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The United States, of course, may not be sued without its consent. This long-established principle has been applied in actions for the possession or conveyance of real estate. It has been applied to Indian lands the title to which the United States holds in trust. It has been applied, specifically, in a suit by an Indian who has a beneficial interest in land.
The Affiliated Ute Citizens (AUC), an unincorporated association of mixed-blood Indians, brought suit against the United States in the United States District Court for the District of Utah. The purpose of the suit was to obtain (1) pro rata distribution to individual Indians of the mineral estate underlying their reservation, and (2) a determination that AUC, and not the Ute Development Corporation (UDC), was entitled to manage the Indians' mineral rights and unadjudicated claims against the United States. The suit was dismissed for lack of jurisdiction, and the Court of Appeals for the Tenth Circuit affirmed. Certificates for Indians' shares of stock in UDC were deposited in a bank, which acknowledged that it would be acting for the individual stockholders and would be under a duty to see that transfers of the stockholders' shares were properly made. After a federal proclamation terminated federal supervision over the Indians' property, sales of some of the Indians' UDC shares were arranged by employees of the bank. Indians who had sold such shares brought suit against the bank and its employees in the United States District Court for the District of Utah. It was alleged that the bank and the employees had conducted the sales in such a manner as to defraud the sellers, in violation of Securities and Exchange Commission Rule 10b-5. Also, it was alleged that the United States was liable under the Federal Tort Claims Act for violating its duty to prevent the fraudulent sales. The District Court held that the bank and the employees had violated Rule 10b-5; that the United States was also liable, since limited aspects of a federal trust relationship continued beyond the date of the proclamation of termination; and that for purposes of determining the measure of damages, the fair value of the UDC stock at the time of the Indians' sales was $ 1,500 per share. The Court of Appeals for the Tenth Circuit reversed, holding that after the date of the proclamation of termination, the United States had no duty with respect to sales of UDC stock; that the bank and its employees were liable in connection with only a few of the sales; and that the valuation of $ 1,500 per share was not substantiated by the record.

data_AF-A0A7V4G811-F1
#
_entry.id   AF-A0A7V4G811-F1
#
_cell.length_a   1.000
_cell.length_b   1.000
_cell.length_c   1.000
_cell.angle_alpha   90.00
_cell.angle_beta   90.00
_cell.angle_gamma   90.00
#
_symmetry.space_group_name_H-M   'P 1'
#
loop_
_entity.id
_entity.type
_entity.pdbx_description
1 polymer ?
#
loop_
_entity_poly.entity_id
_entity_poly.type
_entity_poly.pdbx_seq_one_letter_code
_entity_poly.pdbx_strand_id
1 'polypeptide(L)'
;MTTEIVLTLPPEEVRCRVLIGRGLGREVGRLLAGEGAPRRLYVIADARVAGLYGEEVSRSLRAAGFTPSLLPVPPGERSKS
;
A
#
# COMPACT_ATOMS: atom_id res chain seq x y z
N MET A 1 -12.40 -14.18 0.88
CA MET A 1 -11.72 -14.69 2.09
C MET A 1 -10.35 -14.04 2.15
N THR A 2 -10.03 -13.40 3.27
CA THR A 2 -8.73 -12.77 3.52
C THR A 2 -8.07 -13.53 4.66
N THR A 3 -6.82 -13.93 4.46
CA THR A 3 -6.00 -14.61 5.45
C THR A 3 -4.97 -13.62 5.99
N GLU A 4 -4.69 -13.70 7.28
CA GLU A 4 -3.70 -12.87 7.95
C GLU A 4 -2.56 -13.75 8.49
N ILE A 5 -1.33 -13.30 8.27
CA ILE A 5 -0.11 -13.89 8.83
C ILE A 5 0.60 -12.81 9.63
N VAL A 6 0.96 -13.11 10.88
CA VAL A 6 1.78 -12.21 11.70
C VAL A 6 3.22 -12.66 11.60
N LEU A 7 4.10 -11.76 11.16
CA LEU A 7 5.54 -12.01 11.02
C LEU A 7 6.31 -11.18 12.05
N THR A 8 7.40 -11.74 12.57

Was the AUC action was properly dismissed for want of jurisdiction as an unconsented suit against the United States?
The Court held that the AUC action was properly dismissed for want of jurisdiction as an unconsented suit against the United States, that UDC, not AUC, was entitled to manage the mineral rights, and that the United States had no duty with respect to the sales of stock occurring after the proclamation of termination; and it was also held, expressing the unanimous views of the court, that the Court of Appeals had erred in holding the bank and its employees liable in connection with only a few sales of stock, and that the District Court's $ 1,500 valuation had sufficient support in the record